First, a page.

The great modernisms were, as we have said, predicated on the invention of personal, private style, as unmistakable as your fingerprint, as incomparable as your own body. But this means that the modernist aesthetic is in some way organically linked to the conception of a unique self and private identity, a unique personality and individuality, which can be expected to generate its own unique vision of the world and to forge its own unique, unmistakable style” Fredric Jameson

Jameson suggest that postmodernism is not necessarily a negation of modernity but can also be understood as a continuation, a development of modernity. With that being said, Fredric suggests that the failure of photography, this failure that is paramount to the construct of photography as art, ridicules the ideology of the individual as a practical ideology, rather, it has become a myth. The death of the individual is explained in two positions by Fredric Jameson; the move from competitive capitalism to corporate capitalism; this position suggest that the move from a capitalism that birthed the hegemonic class allowed for such a thing as the individual  but the move to the ‘organization man’ as Fredric terms it, the data collecting man, the understanding of society based on statistics and data, ‘the older bourgeois individual subject no longer exists‘. The second position is one o a cruel optimism that has been sold to us, society, it is the idea that the individual never existed but was rather a negotiation of power that ‘sought to persuade people that they had individual subjects’, after all, there is no power without resistance right.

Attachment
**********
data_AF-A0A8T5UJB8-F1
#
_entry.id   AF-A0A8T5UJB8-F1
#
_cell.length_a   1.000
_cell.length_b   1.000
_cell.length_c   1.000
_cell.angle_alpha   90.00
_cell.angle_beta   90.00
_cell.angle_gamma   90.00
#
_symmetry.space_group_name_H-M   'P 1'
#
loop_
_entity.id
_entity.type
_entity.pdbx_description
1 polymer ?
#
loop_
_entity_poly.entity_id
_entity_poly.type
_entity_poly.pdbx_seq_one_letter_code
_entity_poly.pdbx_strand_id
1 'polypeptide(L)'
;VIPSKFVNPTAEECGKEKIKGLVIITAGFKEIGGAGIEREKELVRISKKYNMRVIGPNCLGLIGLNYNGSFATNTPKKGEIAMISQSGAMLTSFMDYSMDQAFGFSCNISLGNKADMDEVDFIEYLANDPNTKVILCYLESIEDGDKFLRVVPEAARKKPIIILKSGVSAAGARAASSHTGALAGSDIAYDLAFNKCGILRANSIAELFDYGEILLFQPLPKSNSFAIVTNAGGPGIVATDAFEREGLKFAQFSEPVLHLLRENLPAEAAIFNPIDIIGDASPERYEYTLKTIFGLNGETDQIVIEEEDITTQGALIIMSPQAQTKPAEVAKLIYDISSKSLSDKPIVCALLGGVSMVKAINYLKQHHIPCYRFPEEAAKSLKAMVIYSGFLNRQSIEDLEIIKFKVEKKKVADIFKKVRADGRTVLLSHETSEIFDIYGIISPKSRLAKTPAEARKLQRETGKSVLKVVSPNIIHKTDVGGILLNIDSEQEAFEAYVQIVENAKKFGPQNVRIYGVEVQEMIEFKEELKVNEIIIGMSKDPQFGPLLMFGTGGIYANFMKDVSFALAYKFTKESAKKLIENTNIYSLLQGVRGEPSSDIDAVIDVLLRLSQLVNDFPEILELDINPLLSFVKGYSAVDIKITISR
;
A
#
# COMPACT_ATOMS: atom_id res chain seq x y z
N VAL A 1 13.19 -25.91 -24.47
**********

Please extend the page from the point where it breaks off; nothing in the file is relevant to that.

The implication this has upon the author of an image, the subject as concentric force, is that if the individual is dead, if there is no such thing as a unique vision of the world but rather a ‘cultural production that has been driven back inside the mind, within the monadic subject’, cultural production is based on the ideology of pastiche, an ideology that suggest that we are incapable of representing our present lived experiences (failure of the new), but instead we constantly reproduce the past. The way i see it, I think the past is so important to us because of the novelty of seeing where we came from to where we are. The problem with this which postmodernity points our is that there is no more originality, the author is dead and the only thing that lives, is the objective vision of the image.